UFO. This question came up during our planning meeting at Colorado Springs, but, like the authority
to scramble, the authority to shoot at anything in the air had been established long ago. Every ADC pilot knows the rules for engagement, the rules that tell him when
he can shoot the loaded guns that he always carries. If anything in the air over the United States commits any act that is covered by the rules for engagement, the
pilot has the authority to open fire.
The third thing that ADC would do would be to integrate the Ground Observer Corps into the UFO reporting net. As a second priority, the GOC would report UFO's--first
priority would still be reporting aircraft.
Ever since the new Project Grudge had been organized, we hadn't had to deal with any large-scale publicity about UFO's. Occasionally someone would bring in a local
item from some newspaper about a UFO sighting, but the sightings never rated more than an inch or two column space. But on February 19, 1952, the calm was broken by
the story of how a huge ball of fire paced two B-29's in Korea. The story didn't start a rash of reports as the story of the first UFO sighting did in June 1947, but
it was significant in that it started a slow build-up of publicity that was far to surpass anything in the past.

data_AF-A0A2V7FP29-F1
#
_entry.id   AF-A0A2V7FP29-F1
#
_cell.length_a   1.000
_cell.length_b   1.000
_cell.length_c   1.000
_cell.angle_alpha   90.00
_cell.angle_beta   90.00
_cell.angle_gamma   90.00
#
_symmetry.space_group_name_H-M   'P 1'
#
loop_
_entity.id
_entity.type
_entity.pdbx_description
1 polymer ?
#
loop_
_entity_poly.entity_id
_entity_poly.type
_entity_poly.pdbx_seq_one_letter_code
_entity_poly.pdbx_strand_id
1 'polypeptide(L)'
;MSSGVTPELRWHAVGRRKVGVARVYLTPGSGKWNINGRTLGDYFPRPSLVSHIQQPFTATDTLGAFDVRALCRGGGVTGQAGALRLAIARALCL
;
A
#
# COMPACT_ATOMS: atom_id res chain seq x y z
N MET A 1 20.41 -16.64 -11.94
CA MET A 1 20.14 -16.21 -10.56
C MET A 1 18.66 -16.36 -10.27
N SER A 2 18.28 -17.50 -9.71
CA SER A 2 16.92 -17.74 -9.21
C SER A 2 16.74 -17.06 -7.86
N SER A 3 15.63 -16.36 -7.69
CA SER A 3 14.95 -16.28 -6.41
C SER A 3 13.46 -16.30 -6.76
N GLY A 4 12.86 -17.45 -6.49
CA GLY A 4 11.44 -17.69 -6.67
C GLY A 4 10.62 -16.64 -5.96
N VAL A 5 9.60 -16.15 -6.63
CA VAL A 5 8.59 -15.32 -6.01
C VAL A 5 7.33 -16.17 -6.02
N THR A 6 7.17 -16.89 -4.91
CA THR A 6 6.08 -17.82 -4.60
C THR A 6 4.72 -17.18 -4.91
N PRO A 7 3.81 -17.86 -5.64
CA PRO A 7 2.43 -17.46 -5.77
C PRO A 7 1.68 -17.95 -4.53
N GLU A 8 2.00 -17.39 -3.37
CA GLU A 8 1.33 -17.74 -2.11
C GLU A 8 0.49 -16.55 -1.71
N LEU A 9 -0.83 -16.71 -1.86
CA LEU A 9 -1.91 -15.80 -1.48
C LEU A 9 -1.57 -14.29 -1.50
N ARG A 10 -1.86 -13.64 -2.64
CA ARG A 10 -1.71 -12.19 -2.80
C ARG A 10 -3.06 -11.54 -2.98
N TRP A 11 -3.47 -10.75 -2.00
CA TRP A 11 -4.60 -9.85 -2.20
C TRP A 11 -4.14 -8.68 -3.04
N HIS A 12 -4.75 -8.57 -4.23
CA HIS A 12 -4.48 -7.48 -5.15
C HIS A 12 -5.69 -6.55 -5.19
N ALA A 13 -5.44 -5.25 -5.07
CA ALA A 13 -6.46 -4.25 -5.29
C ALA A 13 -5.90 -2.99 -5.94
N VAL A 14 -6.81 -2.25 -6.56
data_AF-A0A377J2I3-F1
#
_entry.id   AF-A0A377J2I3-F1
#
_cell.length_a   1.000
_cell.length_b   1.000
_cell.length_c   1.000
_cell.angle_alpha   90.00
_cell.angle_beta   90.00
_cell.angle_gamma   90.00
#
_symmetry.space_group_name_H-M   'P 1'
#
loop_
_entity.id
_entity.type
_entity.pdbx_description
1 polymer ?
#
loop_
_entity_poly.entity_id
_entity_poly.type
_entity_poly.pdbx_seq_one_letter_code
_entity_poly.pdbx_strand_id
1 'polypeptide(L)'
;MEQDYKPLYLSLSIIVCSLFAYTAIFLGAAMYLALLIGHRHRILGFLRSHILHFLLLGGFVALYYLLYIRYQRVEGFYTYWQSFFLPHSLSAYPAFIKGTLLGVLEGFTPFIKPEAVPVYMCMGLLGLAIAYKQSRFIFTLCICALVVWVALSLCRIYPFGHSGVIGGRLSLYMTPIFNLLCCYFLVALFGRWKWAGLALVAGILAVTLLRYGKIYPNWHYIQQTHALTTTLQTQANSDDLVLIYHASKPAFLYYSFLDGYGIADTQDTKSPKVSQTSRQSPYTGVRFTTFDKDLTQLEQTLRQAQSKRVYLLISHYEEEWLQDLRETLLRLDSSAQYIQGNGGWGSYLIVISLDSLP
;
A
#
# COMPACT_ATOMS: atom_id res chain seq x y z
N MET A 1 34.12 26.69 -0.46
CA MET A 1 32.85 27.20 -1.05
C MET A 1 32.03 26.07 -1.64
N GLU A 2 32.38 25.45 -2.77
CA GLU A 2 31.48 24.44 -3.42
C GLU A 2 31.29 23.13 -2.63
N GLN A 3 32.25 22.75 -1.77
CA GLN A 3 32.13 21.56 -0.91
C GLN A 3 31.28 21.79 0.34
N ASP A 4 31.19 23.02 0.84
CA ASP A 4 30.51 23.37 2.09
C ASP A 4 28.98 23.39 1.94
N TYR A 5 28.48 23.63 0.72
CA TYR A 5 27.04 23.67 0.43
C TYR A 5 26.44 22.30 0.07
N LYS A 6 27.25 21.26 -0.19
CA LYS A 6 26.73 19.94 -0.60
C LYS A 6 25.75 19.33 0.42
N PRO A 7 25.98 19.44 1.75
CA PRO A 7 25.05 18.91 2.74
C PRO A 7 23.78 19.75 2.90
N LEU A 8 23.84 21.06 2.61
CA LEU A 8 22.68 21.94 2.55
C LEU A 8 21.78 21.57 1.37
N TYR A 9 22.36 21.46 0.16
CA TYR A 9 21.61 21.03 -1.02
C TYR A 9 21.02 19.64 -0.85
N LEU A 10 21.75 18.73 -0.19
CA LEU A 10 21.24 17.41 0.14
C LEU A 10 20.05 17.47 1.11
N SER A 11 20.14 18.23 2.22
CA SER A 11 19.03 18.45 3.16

This Korean sighting also added to the growing official interest in Washington. Almost every day I was getting one or two telephone calls from some branch of the
government, and I was going to Washington at least once every two weeks. I was beginning to spend as much time telling people what was going on as I was doing anything
about it. The answer was to get somebody in the Directorate of Intelligence in the Pentagon to act as a liaison officer. I could keep this person informed and he could
handle the "branch office" in Washington. Colonel Dunn bought this idea, and Major Dewey J. Fournet got the additional duty of manager of the Pentagon
branch. In the future all Pentagon inquiries went to Major Fournet, and if he couldn't answer them he would call me. The arrangement was excellent because Major
Fournet took a very serious interest in UFO's and could always be counted on to do a good job.
Sometime in February 1952 I had a visit from two Royal Canadian Air Force officers. For some time, I learned, Canada had been getting her share of UFO reports. One of
the latest ones, and the one that prompted the visit by the RCAF officers, occurred at North Bay, Ontario, about 250 miles north of Buffalo, New York. On two occasions
an orange-red disk had been seen from a new jet fighter base in the area.
The Canadians wanted to know how we operated. I gave them the details of how we were currently operating and how we hoped to operate in the future, as soon as the
procedures that were now in the planning stages could be put into